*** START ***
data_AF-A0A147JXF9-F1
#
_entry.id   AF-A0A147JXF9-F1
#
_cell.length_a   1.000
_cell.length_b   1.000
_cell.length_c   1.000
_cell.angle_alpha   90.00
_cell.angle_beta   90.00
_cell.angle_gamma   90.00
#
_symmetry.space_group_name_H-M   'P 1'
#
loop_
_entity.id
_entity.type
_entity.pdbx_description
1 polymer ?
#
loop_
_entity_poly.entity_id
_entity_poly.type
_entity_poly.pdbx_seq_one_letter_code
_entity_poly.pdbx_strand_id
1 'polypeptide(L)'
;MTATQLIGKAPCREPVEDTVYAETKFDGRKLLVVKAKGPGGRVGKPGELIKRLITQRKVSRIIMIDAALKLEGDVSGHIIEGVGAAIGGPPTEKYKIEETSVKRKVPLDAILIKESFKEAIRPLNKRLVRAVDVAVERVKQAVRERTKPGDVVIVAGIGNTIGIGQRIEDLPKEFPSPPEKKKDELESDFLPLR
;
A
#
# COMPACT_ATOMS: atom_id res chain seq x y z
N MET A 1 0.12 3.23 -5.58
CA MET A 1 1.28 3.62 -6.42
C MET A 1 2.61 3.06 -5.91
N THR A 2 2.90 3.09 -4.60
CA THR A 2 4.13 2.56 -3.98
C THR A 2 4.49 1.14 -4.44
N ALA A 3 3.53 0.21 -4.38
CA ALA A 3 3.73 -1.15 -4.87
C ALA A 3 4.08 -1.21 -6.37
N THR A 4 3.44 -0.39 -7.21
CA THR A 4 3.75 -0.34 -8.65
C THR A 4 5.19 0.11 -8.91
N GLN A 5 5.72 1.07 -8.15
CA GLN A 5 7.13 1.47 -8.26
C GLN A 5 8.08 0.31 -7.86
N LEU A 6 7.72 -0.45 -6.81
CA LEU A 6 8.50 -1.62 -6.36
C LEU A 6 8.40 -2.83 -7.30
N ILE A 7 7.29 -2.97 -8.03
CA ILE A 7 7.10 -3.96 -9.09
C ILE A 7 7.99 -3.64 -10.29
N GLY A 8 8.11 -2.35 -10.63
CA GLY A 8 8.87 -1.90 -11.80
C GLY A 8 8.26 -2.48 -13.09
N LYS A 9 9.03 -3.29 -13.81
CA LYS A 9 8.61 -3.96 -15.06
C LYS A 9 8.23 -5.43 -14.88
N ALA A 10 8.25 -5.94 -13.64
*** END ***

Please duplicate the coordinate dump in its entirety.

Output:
data_AF-A0A147JXF9-F1
#
_entry.id   AF-A0A147JXF9-F1
#
_cell.length_a   1.000
_cell.length_b   1.000
_cell.length_c   1.000
_cell.angle_alpha   90.00
_cell.angle_beta   90.00
_cell.angle_gamma   90.00
#
_symmetry.space_group_name_H-M   'P 1'
#
loop_
_entity.id
_entity.type
_entity.pdbx_description
1 polymer ?
#
loop_
_entity_poly.entity_id
_entity_poly.type
_entity_poly.pdbx_seq_one_letter_code
_entity_poly.pdbx_strand_id
1 'polypeptide(L)'
;MTATQLIGKAPCREPVEDTVYAETKFDGRKLLVVKAKGPGGRVGKPGELIKRLITQRKVSRIIMIDAALKLEGDVSGHIIEGVGAAIGGPPTEKYKIEETSVKRKVPLDAILIKESFKEAIRPLNKRLVRAVDVAVERVKQAVRERTKPGDVVIVAGIGNTIGIGQRIEDLPKEFPSPPEKKKDELESDFLPLR
;
A
#
# COMPACT_ATOMS: atom_id res chain seq x y z
N MET A 1 0.12 3.23 -5.58
CA MET A 1 1.28 3.62 -6.42
C MET A 1 2.61 3.06 -5.91
N THR A 2 2.90 3.09 -4.60
CA THR A 2 4.13 2.56 -3.98
C THR A 2 4.49 1.14 -4.44
N ALA A 3 3.53 0.21 -4.38
CA ALA A 3 3.73 -1.15 -4.87
C ALA A 3 4.08 -1.21 -6.37
N THR A 4 3.44 -0.39 -7.21
CA THR A 4 3.75 -0.34 -8.65
C THR A 4 5.19 0.11 -8.91
N GLN A 5 5.72 1.07 -8.15
CA GLN A 5 7.13 1.47 -8.26
C GLN A 5 8.08 0.31 -7.86
N LEU A 6 7.72 -0.45 -6.81
CA LEU A 6 8.50 -1.62 -6.36
C LEU A 6 8.40 -2.83 -7.30
N ILE A 7 7.29 -2.97 -8.03
CA ILE A 7 7.10 -3.96 -9.09
C ILE A 7 7.99 -3.64 -10.29
N GLY A 8 8.11 -2.35 -10.63
CA GLY A 8 8.87 -1.90 -11.80
C GLY A 8 8.26 -2.48 -13.09
N LYS A 9 9.03 -3.29 -13.81
CA LYS A 9 8.61 -3.96 -15.06
C LYS A 9 8.23 -5.43 -14.88
N ALA A 10 8.25 -5.94 -13.64